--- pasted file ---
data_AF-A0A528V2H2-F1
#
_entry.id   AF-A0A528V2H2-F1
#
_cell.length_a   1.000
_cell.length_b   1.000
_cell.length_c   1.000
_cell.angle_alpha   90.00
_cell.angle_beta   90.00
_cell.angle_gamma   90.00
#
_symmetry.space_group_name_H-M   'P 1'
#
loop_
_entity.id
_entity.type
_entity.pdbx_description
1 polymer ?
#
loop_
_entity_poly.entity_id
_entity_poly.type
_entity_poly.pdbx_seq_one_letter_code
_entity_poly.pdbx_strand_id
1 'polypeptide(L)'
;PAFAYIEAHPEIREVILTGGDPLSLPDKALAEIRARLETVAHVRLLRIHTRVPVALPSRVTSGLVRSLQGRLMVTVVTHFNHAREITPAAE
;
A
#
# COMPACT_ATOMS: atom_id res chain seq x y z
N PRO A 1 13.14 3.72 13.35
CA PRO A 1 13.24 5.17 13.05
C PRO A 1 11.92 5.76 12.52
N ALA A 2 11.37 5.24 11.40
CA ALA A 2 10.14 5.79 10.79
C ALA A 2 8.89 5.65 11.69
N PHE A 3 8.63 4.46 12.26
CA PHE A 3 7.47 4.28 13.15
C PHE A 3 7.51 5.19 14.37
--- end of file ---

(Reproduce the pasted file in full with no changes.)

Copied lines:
data_AF-A0A528V2H2-F1
#
_entry.id   AF-A0A528V2H2-F1
#
_cell.length_a   1.000
_cell.length_b   1.000
_cell.length_c   1.000
_cell.angle_alpha   90.00
_cell.angle_beta   90.00
_cell.angle_gamma   90.00
#
_symmetry.space_group_name_H-M   'P 1'
#
loop_
_entity.id
_entity.type
_entity.pdbx_description
1 polymer ?
#
loop_
_entity_poly.entity_id
_entity_poly.type
_entity_poly.pdbx_seq_one_letter_code
_entity_poly.pdbx_strand_id
1 'polypeptide(L)'
;PAFAYIEAHPEIREVILTGGDPLSLPDKALAEIRARLETVAHVRLLRIHTRVPVALPSRVTSGLVRSLQGRLMVTVVTHFNHAREITPAAE
;
A
#
# COMPACT_ATOMS: atom_id res chain seq x y z
N PRO A 1 13.14 3.72 13.35
CA PRO A 1 13.24 5.17 13.05
C PRO A 1 11.92 5.76 12.52
N ALA A 2 11.37 5.24 11.40
CA ALA A 2 10.14 5.79 10.79
C ALA A 2 8.89 5.65 11.69
N PHE A 3 8.63 4.46 12.26
CA PHE A 3 7.47 4.28 13.15
C PHE A 3 7.51 5.19 14.37